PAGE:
turn off the valves disconnect the hose check the threads on the water intake valve(bit the hose screws onto) are not damaged by cross threading. then try wrapping silk plumbing thread tape(available at all plumbong outlets including B&Q,Homebase etc.) around the threads(wind it clockwise and give it plenty)then check the rubber washer at the end of the hose is not damaged of missing and reconnect the hose
If the dishwasher leaks, and you know the problem is not related to tub overfilling, the pump, or inlet valve problems, the plumbing connections may be faulty. Most dishwashers are connected to the water supply with metal pipe fittings, and the leak could be at these fittings. If the fittings are threaded, tighten them with an adjustable wrench. If this doesn't work, chances are the threads are stripped or the fitting is cracked or otherwise damaged. In this case, replace the fitting. Most dishwashers discharge used water through a pipe or a hose connected to the drain or garbage disposer under the kitchen sink. If the drain line is made of flexible hosing, it may have cracked from prolonged exposure to hot water. Examine the hose; if it's damaged, replace it. If the hose is leaking at its connections with the disposer or dishwasher, tighten the fittings or clamps at the connections, or replace the clamps. Also check for water leaks around inlet valves, drain valves, and anywhere you see flexible hoses and hose connections. Leaks at clamps can be stopped by tightening or replacing the clamps. Leaks in hoses can be eliminated by replacing the hoses.
There, you will be able to buy an appliance hose and the fitting which is usually used to plumb these into the domestic water system (a stop valve with a compression fitting for hard tube on one end and a thread to take the hose on the other).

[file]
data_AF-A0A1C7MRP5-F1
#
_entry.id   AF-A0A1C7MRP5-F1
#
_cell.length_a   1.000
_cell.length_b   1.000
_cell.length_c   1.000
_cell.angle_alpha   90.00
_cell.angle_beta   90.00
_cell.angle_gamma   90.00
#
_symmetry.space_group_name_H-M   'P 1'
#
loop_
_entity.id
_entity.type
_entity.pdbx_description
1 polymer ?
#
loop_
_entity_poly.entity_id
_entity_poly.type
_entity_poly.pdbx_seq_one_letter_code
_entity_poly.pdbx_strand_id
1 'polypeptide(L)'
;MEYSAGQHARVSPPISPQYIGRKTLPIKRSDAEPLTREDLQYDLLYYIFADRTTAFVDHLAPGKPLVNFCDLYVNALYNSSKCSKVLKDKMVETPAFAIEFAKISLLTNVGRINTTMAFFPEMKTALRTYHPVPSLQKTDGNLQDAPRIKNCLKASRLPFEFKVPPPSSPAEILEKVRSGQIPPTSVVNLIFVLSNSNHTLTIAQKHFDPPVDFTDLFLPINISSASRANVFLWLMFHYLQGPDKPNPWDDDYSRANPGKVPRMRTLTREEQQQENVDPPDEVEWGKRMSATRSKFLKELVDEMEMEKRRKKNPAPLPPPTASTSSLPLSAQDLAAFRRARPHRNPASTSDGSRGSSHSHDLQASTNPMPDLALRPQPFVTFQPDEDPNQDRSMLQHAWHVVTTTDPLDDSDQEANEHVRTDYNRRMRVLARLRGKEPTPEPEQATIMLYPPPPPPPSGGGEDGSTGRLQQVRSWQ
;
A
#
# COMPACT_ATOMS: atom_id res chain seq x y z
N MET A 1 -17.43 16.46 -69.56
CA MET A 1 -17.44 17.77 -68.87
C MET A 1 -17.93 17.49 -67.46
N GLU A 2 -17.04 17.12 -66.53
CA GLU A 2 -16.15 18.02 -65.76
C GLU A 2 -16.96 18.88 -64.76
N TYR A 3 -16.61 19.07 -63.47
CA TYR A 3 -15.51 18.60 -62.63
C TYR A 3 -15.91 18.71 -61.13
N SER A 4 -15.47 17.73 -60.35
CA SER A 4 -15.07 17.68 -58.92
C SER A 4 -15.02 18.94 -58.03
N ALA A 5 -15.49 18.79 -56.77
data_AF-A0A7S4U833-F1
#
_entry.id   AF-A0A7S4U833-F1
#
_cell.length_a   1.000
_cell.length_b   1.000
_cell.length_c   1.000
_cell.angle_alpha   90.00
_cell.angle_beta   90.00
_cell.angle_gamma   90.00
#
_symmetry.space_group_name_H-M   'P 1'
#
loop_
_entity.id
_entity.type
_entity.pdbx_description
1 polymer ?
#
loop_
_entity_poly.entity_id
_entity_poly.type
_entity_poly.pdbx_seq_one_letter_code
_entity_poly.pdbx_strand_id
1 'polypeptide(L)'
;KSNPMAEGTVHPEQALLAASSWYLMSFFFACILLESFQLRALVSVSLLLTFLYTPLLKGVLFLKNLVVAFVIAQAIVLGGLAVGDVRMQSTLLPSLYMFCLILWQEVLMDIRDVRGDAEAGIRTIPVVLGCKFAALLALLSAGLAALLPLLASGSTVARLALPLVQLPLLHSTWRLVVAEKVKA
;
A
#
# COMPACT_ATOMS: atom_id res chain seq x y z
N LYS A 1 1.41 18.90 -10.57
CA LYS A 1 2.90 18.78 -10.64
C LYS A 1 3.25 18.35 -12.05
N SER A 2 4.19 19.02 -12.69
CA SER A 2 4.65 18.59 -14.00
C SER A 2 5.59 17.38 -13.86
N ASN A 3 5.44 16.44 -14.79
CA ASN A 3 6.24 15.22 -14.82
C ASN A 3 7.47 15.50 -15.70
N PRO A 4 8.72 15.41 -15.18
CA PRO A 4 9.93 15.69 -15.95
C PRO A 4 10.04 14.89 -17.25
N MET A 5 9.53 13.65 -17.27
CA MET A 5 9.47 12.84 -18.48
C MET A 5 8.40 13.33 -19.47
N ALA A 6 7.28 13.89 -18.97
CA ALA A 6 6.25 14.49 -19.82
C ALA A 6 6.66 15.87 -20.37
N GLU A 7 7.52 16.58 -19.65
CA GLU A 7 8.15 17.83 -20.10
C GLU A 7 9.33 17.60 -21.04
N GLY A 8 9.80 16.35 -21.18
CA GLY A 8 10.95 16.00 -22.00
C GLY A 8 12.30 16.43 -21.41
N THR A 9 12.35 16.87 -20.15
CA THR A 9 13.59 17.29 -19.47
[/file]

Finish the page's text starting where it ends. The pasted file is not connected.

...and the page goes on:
If you're replacing you're old machine with a new one, all you'll need to do is to trim the existing tube at a convenient place (with the water supply turned off) and fit the new stop valve. New dishwashers usually come with a hose, and that just screws onto the threaded end of the new stop valve.
Hints: The hose seals onto the metal fitting using a rubber washer that just sits between the two faces. This system works really well provided you don't try to "help" it with PTFE tape or anything like that. Moistening the threads with a drop of water to lubricate them sometimes helps, but then all you need to do is to assemble the joint (checking the rubber washer hasn't dropped out) and do the plastic nut up finger tight. Check it for leaks when you first use the machine. If it's all right for the first five minutes, it'll be all right for ever.
If you're trying to put your old machine back in, but with a hose to make it easier to move, you will need a second fitting with the same combination of connections as you used to connect the hose to the household plumbing - you may be able to get one without a built-in stop valve, but if you can't it doesn't really matter. Proceed as before, but attach a short stub of the tube you trimmed out in stage 1 to the inlet of the machine (using the existing coupling) and make the new fitting off to that.